Real message of Prophet Muhammad is being hijacked by terrorists, warns imam
The "real message" of the prophet Muhammad has been "hijacked" by terrorists, an Islamic leader in Dublin has warned.
Ali Al Saleh, the imam at the Ahlul Bayt Islamic Centre in Milltown, Dublin, expressed sorrow at the attacks and said that his focus was to promote tolerance.
He was speaking at the launch of the first Dublin City Interfaith Charter at the Mansion House, alongside other religious and political leaders.
The new charter deals with issues such as religious freedom, inter-faith dialogue and the promotion of religious diversity.
Praising the new Dublin Charter, he said: "Look how beautiful it is for our children to grow up together, they have the same title - citizen of Dublin and citizen of Ireland.
"Although we have different religion, cultures and colour, we have tested what it means to live in harmony and peace with each other; we are learning from Irish society."
He assured Irish people that the message of the charter would be discussed by the Islamic leaders who had signed it at Friday prayers at their mosques. "Our message is to protect this country and the teachings of our prophet to protect the society in which we live."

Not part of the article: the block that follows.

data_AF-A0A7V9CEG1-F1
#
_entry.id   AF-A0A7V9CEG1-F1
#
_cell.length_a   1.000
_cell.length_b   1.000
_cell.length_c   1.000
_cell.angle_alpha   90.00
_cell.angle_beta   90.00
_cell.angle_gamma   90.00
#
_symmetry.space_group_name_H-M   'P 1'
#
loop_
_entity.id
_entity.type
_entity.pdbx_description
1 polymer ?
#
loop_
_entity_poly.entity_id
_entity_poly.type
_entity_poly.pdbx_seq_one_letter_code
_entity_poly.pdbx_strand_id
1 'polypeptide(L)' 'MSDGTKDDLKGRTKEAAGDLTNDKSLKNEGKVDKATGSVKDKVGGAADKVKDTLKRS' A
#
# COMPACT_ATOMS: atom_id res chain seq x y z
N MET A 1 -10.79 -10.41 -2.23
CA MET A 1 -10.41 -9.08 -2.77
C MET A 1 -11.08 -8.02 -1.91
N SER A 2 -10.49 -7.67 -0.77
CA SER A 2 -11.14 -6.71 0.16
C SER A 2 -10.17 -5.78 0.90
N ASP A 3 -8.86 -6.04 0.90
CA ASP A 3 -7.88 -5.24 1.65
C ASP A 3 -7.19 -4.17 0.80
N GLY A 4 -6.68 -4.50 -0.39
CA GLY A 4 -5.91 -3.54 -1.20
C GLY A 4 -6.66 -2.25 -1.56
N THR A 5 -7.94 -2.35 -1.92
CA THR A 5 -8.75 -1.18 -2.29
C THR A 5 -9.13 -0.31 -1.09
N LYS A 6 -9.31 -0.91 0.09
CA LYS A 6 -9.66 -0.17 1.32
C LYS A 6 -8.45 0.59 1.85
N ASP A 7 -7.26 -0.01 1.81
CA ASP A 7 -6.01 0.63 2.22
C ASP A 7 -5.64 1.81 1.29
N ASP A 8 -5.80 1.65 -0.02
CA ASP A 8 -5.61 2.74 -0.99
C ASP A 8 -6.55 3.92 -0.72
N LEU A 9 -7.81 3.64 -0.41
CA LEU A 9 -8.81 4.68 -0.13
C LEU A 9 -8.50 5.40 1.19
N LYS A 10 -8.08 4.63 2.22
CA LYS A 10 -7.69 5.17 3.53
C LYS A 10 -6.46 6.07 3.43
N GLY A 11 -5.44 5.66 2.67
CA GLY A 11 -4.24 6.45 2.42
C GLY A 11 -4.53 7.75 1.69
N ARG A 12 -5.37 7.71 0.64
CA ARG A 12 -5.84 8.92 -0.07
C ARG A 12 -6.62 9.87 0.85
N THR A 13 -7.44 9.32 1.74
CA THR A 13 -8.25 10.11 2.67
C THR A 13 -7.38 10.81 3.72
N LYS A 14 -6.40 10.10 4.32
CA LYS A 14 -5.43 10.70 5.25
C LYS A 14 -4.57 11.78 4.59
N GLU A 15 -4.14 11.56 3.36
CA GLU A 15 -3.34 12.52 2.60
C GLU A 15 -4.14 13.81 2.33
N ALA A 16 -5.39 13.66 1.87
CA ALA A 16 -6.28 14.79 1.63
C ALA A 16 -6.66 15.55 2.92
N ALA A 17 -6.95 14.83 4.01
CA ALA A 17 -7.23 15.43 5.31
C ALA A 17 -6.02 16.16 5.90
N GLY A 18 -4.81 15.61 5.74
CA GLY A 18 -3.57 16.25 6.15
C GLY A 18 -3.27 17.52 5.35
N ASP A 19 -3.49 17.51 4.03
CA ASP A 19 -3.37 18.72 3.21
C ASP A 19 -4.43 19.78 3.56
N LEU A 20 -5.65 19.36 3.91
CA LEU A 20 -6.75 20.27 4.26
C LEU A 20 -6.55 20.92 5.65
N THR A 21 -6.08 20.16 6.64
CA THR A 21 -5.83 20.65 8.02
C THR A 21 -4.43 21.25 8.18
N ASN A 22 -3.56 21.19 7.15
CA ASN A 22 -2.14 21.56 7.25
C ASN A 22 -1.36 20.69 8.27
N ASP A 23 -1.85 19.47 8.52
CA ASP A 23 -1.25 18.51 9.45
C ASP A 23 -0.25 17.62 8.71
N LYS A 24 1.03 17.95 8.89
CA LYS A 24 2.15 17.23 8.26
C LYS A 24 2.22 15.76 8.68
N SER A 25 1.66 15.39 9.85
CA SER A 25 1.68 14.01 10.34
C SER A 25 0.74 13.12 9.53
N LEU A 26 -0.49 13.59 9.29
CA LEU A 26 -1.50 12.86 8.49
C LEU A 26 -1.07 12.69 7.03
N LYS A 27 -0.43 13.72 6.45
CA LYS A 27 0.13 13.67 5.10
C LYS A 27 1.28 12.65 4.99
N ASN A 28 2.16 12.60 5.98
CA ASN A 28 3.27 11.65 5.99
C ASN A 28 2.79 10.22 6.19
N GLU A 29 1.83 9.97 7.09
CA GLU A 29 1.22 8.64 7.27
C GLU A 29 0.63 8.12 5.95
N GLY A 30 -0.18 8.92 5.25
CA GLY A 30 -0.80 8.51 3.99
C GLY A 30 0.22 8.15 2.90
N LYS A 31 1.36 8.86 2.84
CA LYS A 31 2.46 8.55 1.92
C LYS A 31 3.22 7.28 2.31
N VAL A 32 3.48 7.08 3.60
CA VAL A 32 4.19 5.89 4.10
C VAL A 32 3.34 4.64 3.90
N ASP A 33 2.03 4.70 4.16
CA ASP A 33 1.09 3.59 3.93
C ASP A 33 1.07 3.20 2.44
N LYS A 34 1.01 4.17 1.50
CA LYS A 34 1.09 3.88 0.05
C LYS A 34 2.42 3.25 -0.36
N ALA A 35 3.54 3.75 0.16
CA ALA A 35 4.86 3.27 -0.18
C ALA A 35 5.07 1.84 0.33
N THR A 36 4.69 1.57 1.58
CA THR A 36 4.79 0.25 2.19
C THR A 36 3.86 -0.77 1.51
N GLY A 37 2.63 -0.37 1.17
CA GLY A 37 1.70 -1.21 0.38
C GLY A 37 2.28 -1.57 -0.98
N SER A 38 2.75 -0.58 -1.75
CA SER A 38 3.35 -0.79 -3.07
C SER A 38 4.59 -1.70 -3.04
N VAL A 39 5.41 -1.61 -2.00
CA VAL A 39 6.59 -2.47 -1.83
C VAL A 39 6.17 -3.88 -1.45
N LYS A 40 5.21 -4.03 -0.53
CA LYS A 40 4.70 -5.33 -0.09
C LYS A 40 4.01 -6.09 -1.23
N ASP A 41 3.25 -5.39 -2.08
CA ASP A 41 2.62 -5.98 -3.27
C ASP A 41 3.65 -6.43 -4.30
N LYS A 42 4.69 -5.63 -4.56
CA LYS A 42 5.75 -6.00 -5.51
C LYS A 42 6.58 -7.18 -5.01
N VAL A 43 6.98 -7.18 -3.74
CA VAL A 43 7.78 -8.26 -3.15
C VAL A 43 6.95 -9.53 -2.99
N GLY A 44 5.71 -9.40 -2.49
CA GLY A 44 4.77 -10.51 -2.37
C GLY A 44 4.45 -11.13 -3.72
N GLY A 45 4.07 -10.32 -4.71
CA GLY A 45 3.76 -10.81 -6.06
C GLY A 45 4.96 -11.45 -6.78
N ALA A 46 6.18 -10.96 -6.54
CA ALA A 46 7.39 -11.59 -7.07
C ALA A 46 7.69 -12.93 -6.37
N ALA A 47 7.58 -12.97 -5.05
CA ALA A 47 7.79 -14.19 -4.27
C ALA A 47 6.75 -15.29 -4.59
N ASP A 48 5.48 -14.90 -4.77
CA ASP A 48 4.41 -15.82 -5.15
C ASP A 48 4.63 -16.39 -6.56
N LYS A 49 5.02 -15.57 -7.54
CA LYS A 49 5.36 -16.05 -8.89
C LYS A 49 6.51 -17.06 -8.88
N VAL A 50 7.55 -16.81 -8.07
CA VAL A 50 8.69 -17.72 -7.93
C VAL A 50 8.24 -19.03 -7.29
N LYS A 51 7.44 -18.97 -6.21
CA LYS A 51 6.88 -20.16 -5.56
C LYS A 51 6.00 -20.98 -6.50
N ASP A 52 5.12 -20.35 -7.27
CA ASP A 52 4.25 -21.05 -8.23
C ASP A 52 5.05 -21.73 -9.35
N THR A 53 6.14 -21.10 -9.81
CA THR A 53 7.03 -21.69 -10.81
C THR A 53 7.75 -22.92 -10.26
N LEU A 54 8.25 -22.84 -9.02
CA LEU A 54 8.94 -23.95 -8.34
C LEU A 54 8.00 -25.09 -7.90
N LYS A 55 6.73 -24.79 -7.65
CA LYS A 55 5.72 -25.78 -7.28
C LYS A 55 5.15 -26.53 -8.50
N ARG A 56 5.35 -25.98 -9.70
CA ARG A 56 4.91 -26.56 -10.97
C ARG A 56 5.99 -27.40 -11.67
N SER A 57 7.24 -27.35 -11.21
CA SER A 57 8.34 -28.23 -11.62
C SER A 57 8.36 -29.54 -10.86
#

Archbishop of Dublin and Glendalough Dr Michael Jackson praised the initiative at a time when "we all look aghast at the plight of Aleppo", whose people had been "brutalised almost to oblivion".
Speaking to the Irish Independent, Archbishop Jackson warned that the "scandalous" and "destructive" terror attack in Germany could result in people perceiving every refugee as a terrorist.
He said: "My concern would first and foremost be for those who suffered and never expected to suffer - those who were killed and those who, coming up to Christmas, actually have to grieve when they thought they would be rejoicing."
He warned that an open policy on refugees could be destroyed by terrorists: "What I am saying is that not every refugee is a terrorist and we need to be very careful that people who are fleeing from abuse would not be subjected to more abuse and vilification."
Meanwhile, Dublin's Lord Mayor warned that racism, xenophobia and intolerance were "creeping" into societies around the world as he hit out at the Berlin terror attack as an "evil horror". Councillor Brendan Carr expressed the condolences to the people of Berlin.
He told the assembled Christian, Muslim, Jewish, Buddhist and Sikh representatives that it was "fitting" they were "standing together shoulder to shoulder to ensure that such an evil act never happens in our city".